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LatinNews Daily - 27 March 2019

VENEZUELA: Country plunged into intermittent darkness again

On 26 March, the working day and classes were suspended across Venezuela on government orders, as the country suffered from a second day of intermittent electricity blackouts.


These electricity shortages come less than two weeks after a week-long blackout, the longest in Venezuela’s history, came to an end. They confirm the breakdown in the country’s electrical infrastructure, putting further pressure on the de facto government led by Nicolás Maduro, who continues to maintain that the country’s electricity system is the victim of sabotage. The blackouts also exacerbate the dire humanitarian situation and increase social unrest, with fears that water and food shortages could lead to widespread ransacking and looting as during the first blackout earlier this month.

  • Maduro’s information & communications minister, Jorge Rodríguez, has said that the electricity system suffered two acts of sabotage on 25 March, the second being a criminal fire at the Guri hydroelectric plant in the eastern state of Bolívar, which provides over 70% of the country’s electricity. The last blackout, which began on 7 March, had been blamed on a “cyberattack” carried out by the US.
  • The opposition leader and widely recognised self-declared interim president Juan Guaidó has dismissed the government’s explanations for the power cuts as lacking credibility, reminding that the military has been deployed at Guri and power stations across the country for years, precisely to prevent sabotage. Guaidó attributes the power cuts to the mismanagement and corruption of the Maduro administration.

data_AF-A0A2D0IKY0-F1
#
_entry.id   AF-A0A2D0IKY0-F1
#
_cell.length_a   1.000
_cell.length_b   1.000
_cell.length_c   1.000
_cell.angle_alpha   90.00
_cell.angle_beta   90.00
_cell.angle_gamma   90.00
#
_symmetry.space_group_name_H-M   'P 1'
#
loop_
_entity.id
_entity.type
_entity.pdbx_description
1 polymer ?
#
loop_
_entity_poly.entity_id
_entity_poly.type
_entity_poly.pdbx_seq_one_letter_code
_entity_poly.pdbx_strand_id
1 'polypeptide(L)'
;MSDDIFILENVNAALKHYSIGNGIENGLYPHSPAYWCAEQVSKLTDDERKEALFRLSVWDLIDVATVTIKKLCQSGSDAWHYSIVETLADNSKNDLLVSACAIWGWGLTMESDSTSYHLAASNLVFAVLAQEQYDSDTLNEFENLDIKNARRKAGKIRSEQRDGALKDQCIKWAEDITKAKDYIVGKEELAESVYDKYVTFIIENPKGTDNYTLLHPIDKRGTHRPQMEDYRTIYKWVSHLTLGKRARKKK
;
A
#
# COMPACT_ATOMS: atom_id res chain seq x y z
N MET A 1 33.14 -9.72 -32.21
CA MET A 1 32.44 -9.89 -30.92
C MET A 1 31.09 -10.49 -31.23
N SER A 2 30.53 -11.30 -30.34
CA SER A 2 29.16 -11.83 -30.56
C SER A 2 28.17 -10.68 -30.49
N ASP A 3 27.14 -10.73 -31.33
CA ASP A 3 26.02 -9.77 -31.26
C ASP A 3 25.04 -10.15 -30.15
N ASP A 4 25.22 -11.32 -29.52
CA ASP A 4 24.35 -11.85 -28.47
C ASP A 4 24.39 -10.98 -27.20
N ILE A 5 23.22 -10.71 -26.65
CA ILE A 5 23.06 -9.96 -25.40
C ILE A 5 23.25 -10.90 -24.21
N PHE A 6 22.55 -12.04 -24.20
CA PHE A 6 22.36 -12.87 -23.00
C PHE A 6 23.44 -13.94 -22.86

• Guaidó said that 57% of the country was without power on 25 March, with at least 17 of Venezuela’s 23 states affected (including the capital Caracas). Life in Caracas has ground to a halt as public transport is paralysed, and 88% of the country was without internet connexion on the evening of 26 March, according to Netblocks, an NGO that monitors internet connectivity. Shopkeepers and businesses across the country have asked that the authorities take measures to prevent a repetition of the looting that took place during the last blackout.
  • Meanwhile, Guaidó’s wife, political activist Fabiana Rosales, is in the US after having visited Peru and Chile, meeting with the Venezuelan diaspora in these countries as well as political leaders. Rosales recently said that many Venezuelans abroad are preparing to return to their country, as they begin to see an end in sight to the crisis. 

Looking Ahead: Rosales will meet with US Vice President Mike Pence today (27 March), who is expected to reiterate US support to Guaidó. International support will be needed in the long term, as academics gathered in Colombia yesterday reminded that the transition to economic and political stability in Venezuela would likely take years.